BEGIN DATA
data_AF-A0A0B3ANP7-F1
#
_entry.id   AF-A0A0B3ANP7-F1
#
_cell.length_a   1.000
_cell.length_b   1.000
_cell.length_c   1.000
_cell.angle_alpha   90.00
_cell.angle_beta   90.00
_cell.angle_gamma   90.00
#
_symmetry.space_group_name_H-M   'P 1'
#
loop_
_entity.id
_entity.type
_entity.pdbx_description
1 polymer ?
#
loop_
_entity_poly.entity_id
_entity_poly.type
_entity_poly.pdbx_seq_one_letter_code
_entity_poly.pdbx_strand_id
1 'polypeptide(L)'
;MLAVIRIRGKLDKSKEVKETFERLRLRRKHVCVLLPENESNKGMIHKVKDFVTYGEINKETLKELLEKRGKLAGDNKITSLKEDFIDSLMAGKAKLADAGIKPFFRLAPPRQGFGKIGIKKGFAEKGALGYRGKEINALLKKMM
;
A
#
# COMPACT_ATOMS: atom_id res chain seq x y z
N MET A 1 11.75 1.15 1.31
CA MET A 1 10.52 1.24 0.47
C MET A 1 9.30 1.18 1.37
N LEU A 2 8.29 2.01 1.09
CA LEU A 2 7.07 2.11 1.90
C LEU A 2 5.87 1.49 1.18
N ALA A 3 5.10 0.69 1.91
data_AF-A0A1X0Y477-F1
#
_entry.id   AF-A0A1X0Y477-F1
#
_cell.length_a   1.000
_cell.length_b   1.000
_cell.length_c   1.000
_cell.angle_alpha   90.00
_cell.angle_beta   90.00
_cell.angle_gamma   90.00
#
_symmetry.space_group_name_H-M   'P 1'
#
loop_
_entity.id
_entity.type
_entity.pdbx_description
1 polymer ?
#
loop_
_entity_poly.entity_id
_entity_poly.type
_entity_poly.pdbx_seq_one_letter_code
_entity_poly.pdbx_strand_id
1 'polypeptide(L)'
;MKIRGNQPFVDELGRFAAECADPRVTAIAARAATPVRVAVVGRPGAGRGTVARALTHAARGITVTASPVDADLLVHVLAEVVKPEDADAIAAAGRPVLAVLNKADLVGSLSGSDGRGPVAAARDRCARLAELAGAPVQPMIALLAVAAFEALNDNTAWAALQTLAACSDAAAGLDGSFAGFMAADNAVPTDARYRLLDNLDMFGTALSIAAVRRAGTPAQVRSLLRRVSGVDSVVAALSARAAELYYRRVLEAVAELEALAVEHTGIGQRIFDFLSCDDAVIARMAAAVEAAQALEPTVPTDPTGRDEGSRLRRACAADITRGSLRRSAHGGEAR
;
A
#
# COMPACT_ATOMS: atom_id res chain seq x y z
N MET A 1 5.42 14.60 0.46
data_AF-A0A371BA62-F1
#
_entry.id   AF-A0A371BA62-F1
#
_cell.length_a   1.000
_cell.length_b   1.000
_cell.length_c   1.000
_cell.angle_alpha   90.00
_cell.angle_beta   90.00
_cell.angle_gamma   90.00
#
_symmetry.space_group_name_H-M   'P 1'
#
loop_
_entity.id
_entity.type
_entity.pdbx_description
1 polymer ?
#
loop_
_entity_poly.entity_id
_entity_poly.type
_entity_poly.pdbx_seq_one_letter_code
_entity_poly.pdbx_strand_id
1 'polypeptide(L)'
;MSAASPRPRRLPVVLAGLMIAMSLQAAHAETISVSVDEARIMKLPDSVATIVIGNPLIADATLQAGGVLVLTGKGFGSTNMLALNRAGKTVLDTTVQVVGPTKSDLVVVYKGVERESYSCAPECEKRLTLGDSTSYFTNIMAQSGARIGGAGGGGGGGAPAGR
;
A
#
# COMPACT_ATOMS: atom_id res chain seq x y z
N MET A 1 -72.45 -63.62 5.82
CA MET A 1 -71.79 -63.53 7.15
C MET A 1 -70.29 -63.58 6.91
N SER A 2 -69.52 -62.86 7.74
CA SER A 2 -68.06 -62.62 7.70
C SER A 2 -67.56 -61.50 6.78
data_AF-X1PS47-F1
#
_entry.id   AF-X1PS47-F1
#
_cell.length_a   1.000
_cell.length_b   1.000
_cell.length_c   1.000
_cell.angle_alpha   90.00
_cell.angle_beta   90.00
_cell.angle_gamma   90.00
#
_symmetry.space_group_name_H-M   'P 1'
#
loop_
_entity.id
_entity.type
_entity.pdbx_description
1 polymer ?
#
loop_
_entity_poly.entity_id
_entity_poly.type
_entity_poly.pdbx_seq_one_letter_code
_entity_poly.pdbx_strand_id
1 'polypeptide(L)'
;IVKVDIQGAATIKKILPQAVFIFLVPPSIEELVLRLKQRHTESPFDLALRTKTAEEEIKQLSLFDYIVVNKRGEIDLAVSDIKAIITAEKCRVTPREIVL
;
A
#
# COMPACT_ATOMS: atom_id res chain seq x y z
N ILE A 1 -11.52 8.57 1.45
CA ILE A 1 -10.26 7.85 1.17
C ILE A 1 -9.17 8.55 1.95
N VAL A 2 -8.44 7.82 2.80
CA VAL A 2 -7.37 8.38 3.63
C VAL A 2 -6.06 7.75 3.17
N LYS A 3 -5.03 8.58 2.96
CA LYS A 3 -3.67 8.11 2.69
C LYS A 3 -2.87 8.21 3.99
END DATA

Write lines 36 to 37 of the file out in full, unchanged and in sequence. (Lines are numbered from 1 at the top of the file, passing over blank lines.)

C LEU A 2 5.87 1.49 1.18
N ALA A 3 5.10 0.69 1.91